Posts Tagged ‘Cardinal John Henry Newman’
The Russian Orthodox Church and Poland’s Catholic Church promised yesterday to help their nations seek reconciliation.
Benedict XVI has blessed a 29ft-tall restored statue of the Virgin Mary at the Don Orione Centre (full text).
The Diocese of Brooklyn is promoting the Cause of a priest who welcomed black people into the Church in New York in the 1920s.
The organisers of World Youth Day 2011 have launched a new promotional advert (video).
Michael Sean Winters offers a “final note” on the controversy over the alleged fabrication of quotes at a USCCB meeting.
Fr John Trigilio Jr argues that Fr Marcial Maciel duped Pope John Paul II.
And Louis Ruprecht praises the “eminently modern institutions” of the Vatican Library and the Vatican Museums.
Rocco Palmo publishes the liturgical texts for the feast of John Henry Newman, rumoured to be October 9.
The Pope received some 20,000 text messages of support after the general audience.
Bishop Walter Mixa has reportedly agreed to stand by his decision to resign.
Archbishop Peter Smith of Southwark has said he hopes the Lautsi case will not force “all European countries to conform to a model of secularism that is antagonistic to any manifestation of religion in the public sphere”.
The registered number of Catholics in Japan has fallen by half a per cent in a year.
John Allen discusses Christian-Muslim relations with Cardinal Angelo Scola, Patriarch of Venice.
William Van Ornum asks if the Church is losing good potential priests because of psychological testing.
The Saint Barnabus’ Blog says it is now too late for Anglo-Catholicism to survive.
Fr Dwight Longenecker reflects on the “brilliantly annoying style” of GK Chesterton.
Patrick Madrid says Marcial Maciel is to the Legion of Christ what the Deepwater Horizon rig is to the Gulf of Mexico.
And Rome Reports showcases the worst-dressed priests in the world (video).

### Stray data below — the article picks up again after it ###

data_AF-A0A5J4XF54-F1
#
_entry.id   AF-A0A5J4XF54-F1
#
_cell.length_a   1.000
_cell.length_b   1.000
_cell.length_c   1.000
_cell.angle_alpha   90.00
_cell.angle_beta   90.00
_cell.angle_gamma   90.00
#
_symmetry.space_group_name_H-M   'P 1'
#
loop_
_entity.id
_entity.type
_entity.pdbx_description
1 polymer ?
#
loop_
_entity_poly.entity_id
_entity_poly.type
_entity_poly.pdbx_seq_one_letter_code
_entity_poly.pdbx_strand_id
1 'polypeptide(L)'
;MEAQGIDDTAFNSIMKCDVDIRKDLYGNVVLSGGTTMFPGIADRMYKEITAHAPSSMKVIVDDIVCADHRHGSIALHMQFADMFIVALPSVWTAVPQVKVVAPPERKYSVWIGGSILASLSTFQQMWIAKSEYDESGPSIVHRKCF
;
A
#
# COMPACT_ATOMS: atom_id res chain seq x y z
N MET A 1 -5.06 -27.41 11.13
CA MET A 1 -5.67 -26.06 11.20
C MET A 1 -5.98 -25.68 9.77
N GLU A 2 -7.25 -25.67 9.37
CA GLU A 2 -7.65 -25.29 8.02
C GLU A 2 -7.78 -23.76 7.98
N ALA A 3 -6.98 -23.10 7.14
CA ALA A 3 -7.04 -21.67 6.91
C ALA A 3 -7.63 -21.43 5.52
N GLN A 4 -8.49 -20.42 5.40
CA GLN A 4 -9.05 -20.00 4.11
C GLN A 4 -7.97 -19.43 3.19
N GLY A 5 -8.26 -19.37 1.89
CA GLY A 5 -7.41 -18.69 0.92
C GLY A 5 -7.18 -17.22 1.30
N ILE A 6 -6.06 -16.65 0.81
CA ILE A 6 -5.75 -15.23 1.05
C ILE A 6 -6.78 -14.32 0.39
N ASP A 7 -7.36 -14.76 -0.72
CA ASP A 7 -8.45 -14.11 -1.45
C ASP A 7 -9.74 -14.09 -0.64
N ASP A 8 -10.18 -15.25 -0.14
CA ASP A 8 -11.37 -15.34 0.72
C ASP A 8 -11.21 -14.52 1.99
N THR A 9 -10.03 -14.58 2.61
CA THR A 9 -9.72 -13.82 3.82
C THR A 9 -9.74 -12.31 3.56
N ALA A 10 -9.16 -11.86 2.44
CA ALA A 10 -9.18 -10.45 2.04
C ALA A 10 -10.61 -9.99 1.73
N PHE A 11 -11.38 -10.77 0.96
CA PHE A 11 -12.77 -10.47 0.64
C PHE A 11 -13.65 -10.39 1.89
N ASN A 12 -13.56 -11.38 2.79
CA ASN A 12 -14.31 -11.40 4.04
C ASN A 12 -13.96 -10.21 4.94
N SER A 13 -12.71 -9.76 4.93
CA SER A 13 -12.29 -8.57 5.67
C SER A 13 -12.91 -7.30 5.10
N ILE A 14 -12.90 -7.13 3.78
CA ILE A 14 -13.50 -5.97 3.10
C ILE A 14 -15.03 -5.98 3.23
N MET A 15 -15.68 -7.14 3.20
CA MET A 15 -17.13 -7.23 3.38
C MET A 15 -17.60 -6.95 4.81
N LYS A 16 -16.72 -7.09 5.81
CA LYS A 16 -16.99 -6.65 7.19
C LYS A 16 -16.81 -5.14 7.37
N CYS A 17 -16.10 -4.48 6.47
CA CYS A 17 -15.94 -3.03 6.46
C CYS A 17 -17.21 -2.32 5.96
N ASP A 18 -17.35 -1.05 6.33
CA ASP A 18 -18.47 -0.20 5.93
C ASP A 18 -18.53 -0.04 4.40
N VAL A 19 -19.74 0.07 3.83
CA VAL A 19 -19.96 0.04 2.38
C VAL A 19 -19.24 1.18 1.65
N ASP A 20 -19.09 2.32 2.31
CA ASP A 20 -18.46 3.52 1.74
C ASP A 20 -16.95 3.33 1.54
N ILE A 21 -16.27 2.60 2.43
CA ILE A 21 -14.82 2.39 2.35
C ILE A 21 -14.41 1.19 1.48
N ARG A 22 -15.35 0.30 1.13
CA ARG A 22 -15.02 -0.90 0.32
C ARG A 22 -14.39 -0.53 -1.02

Benedict XVI described priests as “a gift from the heart of Christ” before the Angelus in St Peter’s Square yesterday.
A Slovenian student who was tortured and killed by Communists during World War II was beatified on Sunday.
Danish police are hunting a Dutch nun in relation to the death of an elderly Sister in 1993.
Some 2,000 people have taken part in a march accusing Kerala’s Catholic bishops of political “meddling”.
Rome Reports examines preparations for the beatification of Cardinal Newman (video).
Mark Miravalle reflects on Benedict XVI’s “turn towards Mary”.
Maureen Mullarkey challenges the “popular myth” of idyllic coexistence between Muslims, Christians and Jews in Spain.
And Bishop Crispian Hollis of Portsmouth has laid the foundation stone of one of the world’s first environmentally friendly parish churches.
The Society for the Protection of Unborn Children is questioning the legality of Channel 4’s decision to broadcast an advertisement promoting abortion, the first of its kind in Britain.
An Orthodox archbishop in Cyprus has warned critics of the Pope’s visit to the island on June 4 that they are placing themselves outside the Church.
Pope Benedict will visit the Don Orione Centre in Rome to bless a statue of the Virgin “Salus populi romani” on June 24.
A survey finds that 66 per cent of Polish Catholics pray for the intercession of Pope John Paul II.
Jon Kraushar considers what President Barack Obama could learn from John Paul II.